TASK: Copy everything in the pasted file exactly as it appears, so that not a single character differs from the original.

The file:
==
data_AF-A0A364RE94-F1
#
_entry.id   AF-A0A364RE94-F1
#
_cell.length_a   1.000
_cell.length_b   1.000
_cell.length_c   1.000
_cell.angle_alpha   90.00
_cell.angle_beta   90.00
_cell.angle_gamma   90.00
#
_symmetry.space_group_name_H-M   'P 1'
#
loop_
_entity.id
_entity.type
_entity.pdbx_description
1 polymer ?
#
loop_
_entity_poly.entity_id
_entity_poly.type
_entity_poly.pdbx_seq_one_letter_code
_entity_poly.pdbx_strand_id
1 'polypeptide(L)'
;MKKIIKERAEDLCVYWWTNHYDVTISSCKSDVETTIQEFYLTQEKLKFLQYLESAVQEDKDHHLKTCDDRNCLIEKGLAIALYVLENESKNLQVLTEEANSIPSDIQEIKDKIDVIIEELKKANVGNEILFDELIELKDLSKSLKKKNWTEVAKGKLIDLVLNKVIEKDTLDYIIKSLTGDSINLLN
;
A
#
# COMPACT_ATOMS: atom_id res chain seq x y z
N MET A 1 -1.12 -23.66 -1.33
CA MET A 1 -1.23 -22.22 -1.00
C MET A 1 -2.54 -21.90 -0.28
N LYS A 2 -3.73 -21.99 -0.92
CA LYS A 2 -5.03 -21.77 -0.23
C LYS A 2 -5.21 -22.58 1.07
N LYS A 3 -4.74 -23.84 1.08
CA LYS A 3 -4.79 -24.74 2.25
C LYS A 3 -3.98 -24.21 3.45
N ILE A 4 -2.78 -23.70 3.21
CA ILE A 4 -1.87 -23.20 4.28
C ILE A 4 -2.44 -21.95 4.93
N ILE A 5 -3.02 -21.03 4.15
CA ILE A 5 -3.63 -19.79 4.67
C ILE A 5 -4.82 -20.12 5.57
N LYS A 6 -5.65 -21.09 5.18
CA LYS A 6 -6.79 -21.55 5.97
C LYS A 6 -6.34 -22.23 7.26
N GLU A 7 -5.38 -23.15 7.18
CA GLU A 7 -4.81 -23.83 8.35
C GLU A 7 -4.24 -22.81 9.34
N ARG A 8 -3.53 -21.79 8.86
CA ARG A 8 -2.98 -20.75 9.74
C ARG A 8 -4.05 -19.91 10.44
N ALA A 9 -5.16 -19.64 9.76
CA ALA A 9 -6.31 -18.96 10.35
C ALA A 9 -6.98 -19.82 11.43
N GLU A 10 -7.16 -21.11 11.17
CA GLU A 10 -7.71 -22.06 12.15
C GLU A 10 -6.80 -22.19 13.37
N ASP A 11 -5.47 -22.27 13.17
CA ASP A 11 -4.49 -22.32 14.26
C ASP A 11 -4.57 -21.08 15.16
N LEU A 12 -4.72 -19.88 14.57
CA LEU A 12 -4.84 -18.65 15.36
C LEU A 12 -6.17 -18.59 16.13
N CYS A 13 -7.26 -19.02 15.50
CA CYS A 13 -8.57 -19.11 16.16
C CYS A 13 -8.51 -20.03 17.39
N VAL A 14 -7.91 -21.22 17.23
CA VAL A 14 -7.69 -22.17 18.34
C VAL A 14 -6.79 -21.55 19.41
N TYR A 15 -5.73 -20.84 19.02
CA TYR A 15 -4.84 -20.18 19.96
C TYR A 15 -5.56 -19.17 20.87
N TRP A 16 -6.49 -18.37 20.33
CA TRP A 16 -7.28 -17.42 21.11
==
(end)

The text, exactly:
data_AF-A0A364RE94-F1
#
_entry.id   AF-A0A364RE94-F1
#
_cell.length_a   1.000
_cell.length_b   1.000
_cell.length_c   1.000
_cell.angle_alpha   90.00
_cell.angle_beta   90.00
_cell.angle_gamma   90.00
#
_symmetry.space_group_name_H-M   'P 1'
#
loop_
_entity.id
_entity.type
_entity.pdbx_description
1 polymer ?
#
loop_
_entity_poly.entity_id
_entity_poly.type
_entity_poly.pdbx_seq_one_letter_code
_entity_poly.pdbx_strand_id
1 'polypeptide(L)'
;MKKIIKERAEDLCVYWWTNHYDVTISSCKSDVETTIQEFYLTQEKLKFLQYLESAVQEDKDHHLKTCDDRNCLIEKGLAIALYVLENESKNLQVLTEEANSIPSDIQEIKDKIDVIIEELKKANVGNEILFDELIELKDLSKSLKKKNWTEVAKGKLIDLVLNKVIEKDTLDYIIKSLTGDSINLLN
;
A
#
# COMPACT_ATOMS: atom_id res chain seq x y z
N MET A 1 -1.12 -23.66 -1.33
CA MET A 1 -1.23 -22.22 -1.00
C MET A 1 -2.54 -21.90 -0.28
N LYS A 2 -3.73 -21.99 -0.92
CA LYS A 2 -5.03 -21.77 -0.23
C LYS A 2 -5.21 -22.58 1.07
N LYS A 3 -4.74 -23.84 1.08
CA LYS A 3 -4.79 -24.74 2.25
C LYS A 3 -3.98 -24.21 3.45
N ILE A 4 -2.78 -23.70 3.21
CA ILE A 4 -1.87 -23.20 4.28
C ILE A 4 -2.44 -21.95 4.93
N ILE A 5 -3.02 -21.03 4.15
CA ILE A 5 -3.63 -19.79 4.67
C ILE A 5 -4.82 -20.12 5.57
N LYS A 6 -5.65 -21.09 5.18
CA LYS A 6 -6.79 -21.55 5.97
C LYS A 6 -6.34 -22.23 7.26
N GLU A 7 -5.38 -23.15 7.18
CA GLU A 7 -4.81 -23.83 8.35
C GLU A 7 -4.24 -22.81 9.34
N ARG A 8 -3.53 -21.79 8.86
CA ARG A 8 -2.98 -20.75 9.74
C ARG A 8 -4.05 -19.91 10.44
N ALA A 9 -5.16 -19.64 9.76
CA ALA A 9 -6.31 -18.96 10.35
C ALA A 9 -6.98 -19.82 11.43
N GLU A 10 -7.16 -21.11 11.17
CA GLU A 10 -7.71 -22.06 12.15
C GLU A 10 -6.80 -22.19 13.37
N ASP A 11 -5.47 -22.27 13.17
CA ASP A 11 -4.49 -22.32 14.26
C ASP A 11 -4.57 -21.08 15.16
N LEU A 12 -4.72 -19.88 14.57
CA LEU A 12 -4.84 -18.65 15.36
C LEU A 12 -6.17 -18.59 16.13
N CYS A 13 -7.26 -19.02 15.50
CA CYS A 13 -8.57 -19.11 16.16
C CYS A 13 -8.51 -20.03 17.39
N VAL A 14 -7.91 -21.22 17.23
CA VAL A 14 -7.69 -22.17 18.34
C VAL A 14 -6.79 -21.55 19.41
N TYR A 15 -5.73 -20.84 19.02
CA TYR A 15 -4.84 -20.18 19.96
C TYR A 15 -5.56 -19.17 20.87
N TRP A 16 -6.49 -18.37 20.33
CA TRP A 16 -7.28 -17.42 21.11